Haccha Hasiru for a Greener Future
The actions of young activist Greta Thunberg brought home to many the realisation that the environment was an issue that not only concerned, but belonged to young people. After all, they are the ones who will inherit the world in its present state.
Young people are growing up in a world in which their avenues of work and life are shrinking while the pressures of consumption and ownership increase. The world they will inherit will be one that is choking, depleted of all natural strength.
Traditional occupations would have died out completely, pushing young people from these communities into contract based and exploitative labour conditions. Social values of preservation, exchange, and a symbiotic relationship with the environment would have been eradicated, forcing youth to compete and participate in destructive ‘development’. Adivasi forms of life would have been extinguished, rendering adivasi youth dependent on capitalist ways of living and earning. Youth in agricultural societies would be faced with the vagaries and violence of climate change.
Clean air to breathe, water to drink, soil to grow in, would have all become precious commodities, available only to the rich.
Young people both need and want to take the wellness of this world into their own hands, moving away from the damage caused by earlier and present structures and generations so that the quality of life and livelihood can slowly improve in the future.
Our Activities on Sustainability
Sensitisation through Hasiru Nota
As part of our Youth Leadership Programme, students go through an intensive workshop called Hasiru Nota, designed to help them understand the impact of our lifestyle on earth.
By tracking their own carbon footprints, lifestyle aspirations and analyzing consumption patterns of food, clothes, and transport, students have fun while encountering facts on sustainable development and climate change.
The workshop is meant to critique and provoke a deeper understanding of the issues, as well as find innovative pathways to a greener earth!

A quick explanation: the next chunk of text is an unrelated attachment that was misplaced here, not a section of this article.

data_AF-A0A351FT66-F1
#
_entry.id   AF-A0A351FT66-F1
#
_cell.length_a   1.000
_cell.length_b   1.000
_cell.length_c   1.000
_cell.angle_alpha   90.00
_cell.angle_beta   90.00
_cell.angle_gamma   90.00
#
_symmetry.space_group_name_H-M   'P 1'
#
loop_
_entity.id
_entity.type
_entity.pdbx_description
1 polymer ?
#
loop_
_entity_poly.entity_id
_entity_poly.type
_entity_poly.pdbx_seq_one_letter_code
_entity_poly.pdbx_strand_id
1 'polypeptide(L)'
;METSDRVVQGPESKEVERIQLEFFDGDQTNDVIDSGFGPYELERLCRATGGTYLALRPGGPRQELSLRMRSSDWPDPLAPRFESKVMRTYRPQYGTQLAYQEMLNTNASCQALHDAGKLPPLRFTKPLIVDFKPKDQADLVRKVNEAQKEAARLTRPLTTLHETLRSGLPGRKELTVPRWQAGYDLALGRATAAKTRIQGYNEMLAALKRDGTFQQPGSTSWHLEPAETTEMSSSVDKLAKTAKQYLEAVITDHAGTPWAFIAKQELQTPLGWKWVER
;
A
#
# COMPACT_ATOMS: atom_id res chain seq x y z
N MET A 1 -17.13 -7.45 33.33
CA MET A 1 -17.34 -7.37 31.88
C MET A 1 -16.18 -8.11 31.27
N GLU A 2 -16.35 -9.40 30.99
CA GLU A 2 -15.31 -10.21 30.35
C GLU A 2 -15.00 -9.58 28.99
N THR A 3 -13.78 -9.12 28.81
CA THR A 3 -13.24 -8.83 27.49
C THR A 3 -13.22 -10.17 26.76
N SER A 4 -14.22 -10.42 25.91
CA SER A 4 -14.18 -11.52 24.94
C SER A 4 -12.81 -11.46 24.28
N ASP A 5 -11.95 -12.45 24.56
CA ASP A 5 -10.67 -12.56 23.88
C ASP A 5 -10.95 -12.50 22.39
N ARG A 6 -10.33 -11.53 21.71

Creating new professions in Environmental Sustainability
The Centre for Youth and Sustainable Development at Baduku Centre for Livelihood Learning offers programmes that empower young people to enter professions that are critical to environmental sustainability.
The Centre offers courses on Waste Management and Responsible Tourism among others.
In the past, we have conducted courses on a short term basis in different communities on themes of sustainability. In 2009, we conducted a course for the Iruliga tribes and local youth in Ramnagara, to promote entrepreneurship among the tribal communities.
In 2007 we conducted a course on Rainwater Harvesting for urban poor and rural youth. That same year, we held a course on Kitchen gardening for rural women, where the objective was to counter malnutrition by growing one’s own food.
Associations & Collectives
Baduku Centre for Livelihood Learning is instrumental in the setting up of alumni associations and collectives to help students navigate the diverse experiences and challenges of the workplace. Through these Associations, students connect with people in their field and draw strength from each other when faced with challenges.
One such association is Manmayee, a farmers association facilitated by Samvada. The objective was to create a peer support group for farmers that would help in sharing knowledge, provide marketing support for their produce, and advocate for farmer rights.
Samvada has been organising a summer mango festival that brings together the joy of celebrating the mango harvest as well as learning about mango cultivation. The festival is an attempt to bridge the gap and facilitate an exchange of information between mango farmers and urban consumers.
In 2014, Samvada helped organise a festival bringing farmers together to celebrate the Raagi harvest.